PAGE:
Burke found guilty of voluntary manslaughter with gun use
Published - 04/14/17 - 10:27 AM | 2742 views | 0 0 comments | 27 27 recommendations | email to a friend | print
A jury on Thursday convicted Thomas Francis Burke of voluntary manslaughter and personal use of a gun which killed Jess Matthew Robles, who was the boyfriend of Burke’s female roommate in Ocean Beach.

The eight women, four man jury deliberated 9.25 hours over three days. They rejected the verdicts suggested by the prosecutor and found Burke, 32, not guilty of first and second-degree murder.

Burke faces a maximum term of 21 years in state prison. San Diego Superior Court Judge Melinda Lasater set sentencing for May 11.

He could get 11 years for manslaughter and Lasater could impose a 10-year consecutive sentence for personally using a gun in a homicide. Had he been convicted of first-degree or second-degree murder with the gun use, he could have received a 50 or 40-year sentence.

“I believed it was a first-degree murder,” said Deputy District Attorney Kyle Sutterley. “I was surprised at the verdict. Disappointed.”

Jurors left quickly and they could not be reached for comment. The trial started March 28 with three days of jury selection. Most of the seats in the courtroom with filled every day with friends and family of Burke and Robles.

Burke’s attorney, Gary Gibson, could not be reached for comment afterward, but he argued for acquittal based on self-defense. It was also suggested by the defense that jurors consider voluntary manslaughter or involuntary manslaughter if they did not vote to acquit him outright.

Lasater could sentence Burke to a lesser amount if she imposes six years for manslaughter and 10 years for the gun use.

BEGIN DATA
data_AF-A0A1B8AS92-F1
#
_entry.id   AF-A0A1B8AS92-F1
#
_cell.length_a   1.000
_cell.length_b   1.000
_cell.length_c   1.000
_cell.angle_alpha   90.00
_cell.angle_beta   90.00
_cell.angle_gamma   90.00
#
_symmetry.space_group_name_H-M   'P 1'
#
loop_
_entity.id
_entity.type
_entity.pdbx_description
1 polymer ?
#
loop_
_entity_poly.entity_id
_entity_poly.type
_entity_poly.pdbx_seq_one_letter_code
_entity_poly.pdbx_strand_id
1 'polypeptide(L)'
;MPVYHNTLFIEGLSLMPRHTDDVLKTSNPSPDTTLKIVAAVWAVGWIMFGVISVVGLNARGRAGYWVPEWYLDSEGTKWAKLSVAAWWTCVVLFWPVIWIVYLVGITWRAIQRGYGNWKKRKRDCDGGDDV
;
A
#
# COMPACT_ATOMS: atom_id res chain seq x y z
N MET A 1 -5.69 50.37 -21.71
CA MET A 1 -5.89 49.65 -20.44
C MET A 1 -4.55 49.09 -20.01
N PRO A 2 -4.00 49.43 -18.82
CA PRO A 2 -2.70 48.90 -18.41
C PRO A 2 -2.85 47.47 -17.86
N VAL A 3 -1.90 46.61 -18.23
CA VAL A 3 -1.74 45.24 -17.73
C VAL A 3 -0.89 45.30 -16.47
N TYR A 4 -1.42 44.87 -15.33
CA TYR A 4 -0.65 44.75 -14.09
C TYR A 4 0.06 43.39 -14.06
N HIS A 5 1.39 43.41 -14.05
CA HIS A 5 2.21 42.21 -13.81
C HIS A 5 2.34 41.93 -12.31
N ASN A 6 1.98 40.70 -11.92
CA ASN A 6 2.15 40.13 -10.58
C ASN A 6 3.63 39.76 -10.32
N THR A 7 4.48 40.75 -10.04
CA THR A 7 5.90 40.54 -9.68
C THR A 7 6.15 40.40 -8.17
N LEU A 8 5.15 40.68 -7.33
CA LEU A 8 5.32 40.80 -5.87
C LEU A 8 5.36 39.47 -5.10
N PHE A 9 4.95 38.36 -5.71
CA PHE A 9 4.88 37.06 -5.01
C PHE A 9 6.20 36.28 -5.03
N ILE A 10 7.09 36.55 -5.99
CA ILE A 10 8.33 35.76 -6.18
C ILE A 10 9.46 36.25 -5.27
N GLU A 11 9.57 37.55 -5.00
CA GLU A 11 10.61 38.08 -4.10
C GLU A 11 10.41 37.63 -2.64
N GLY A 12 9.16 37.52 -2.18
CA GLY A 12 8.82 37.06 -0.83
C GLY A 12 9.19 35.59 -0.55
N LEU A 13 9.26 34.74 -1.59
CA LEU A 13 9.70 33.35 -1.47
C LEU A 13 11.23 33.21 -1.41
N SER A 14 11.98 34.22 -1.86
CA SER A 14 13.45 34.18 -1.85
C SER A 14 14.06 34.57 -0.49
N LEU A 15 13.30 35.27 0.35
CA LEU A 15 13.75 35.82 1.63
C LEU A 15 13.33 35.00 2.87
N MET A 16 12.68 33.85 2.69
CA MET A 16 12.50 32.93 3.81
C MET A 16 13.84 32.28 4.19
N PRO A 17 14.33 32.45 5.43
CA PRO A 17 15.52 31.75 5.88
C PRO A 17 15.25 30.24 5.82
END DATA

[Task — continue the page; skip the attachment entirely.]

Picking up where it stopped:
Burke has been in jail on $4 million bail since he was arrested the morning after the June 22, 2016, shooting of Robles, 34, of Pacific Beach, outside Burke’s condominium unit at 4177 Voltaire Street.

Burke had exchanged texts with his roommate Larae Clark, who was dating Robles, and he wrote that Robles was “a douche bag.” When Clark went to the bathroom, Robles started reading those text messages about him while they were in the OB Noodle House.

Robles then texted Burke on his girlfriend’s phone several vulgar words and suggested they meet up sometime.

According to Gibson, this represented a danger, and Burke changed the code to his garage opener and locked the windows to a first floor bedroom.

Because of the tension, Clark had agreed to move out and Robles offered his place to stay. Since both had been drinking heavily, they took a Lyft to Burke’s condominium where Clark was going to pack some items and take her dog. Robles stayed in the car, but eventually became impatient when she didn’t come out.

The Lyft driver was waiting and saw Robles knock on the door. It’s disputed who opened it—Burke or Clark—but Burke shot Robles in the throat and then in the chest. Both were fatal wounds and he died at the scene.

Burke left the gun and his wallet on his upstairs bed, but took the gun’s magazine and phone and jumped off his balcony to a 15-foot drop, he testified, which resulted in his spraining an ankle.

“He’s not Jason Bourne,” argued Gibson. “He’s a 32-year-old pharmacist with no record.”

Gibson said Robles’ blood/alcohol level at death was .14, nearly twice the limit for drunk driving. He said that mean Robles had eight drinks. “A drunk guy came to his door and it cost him his life,” Gibson argued.

Sutterley argued that Burke showed he was obsessed with Clark and jealous of her relationship with Burke, who banned Robles from the household as he said he woke him up and made noise.

Burke also told Clarke he was in love with her and it caused him torment to imagine her in bed with Robles.

Sutterley presented testimony from a previous Burke girlfriend who said he left her cupcakes at her car at the beach and her apartment after they broke up. She didn’t like it, and Sutterley said they showed he had an obsession with Clark and his ex-girlfriend.

Burke probably sees the verdict as a defeat, but he will probably be paroled before age 50. Had he been convicted of murder, he might have not been paroled until age 85, or maybe not at all.
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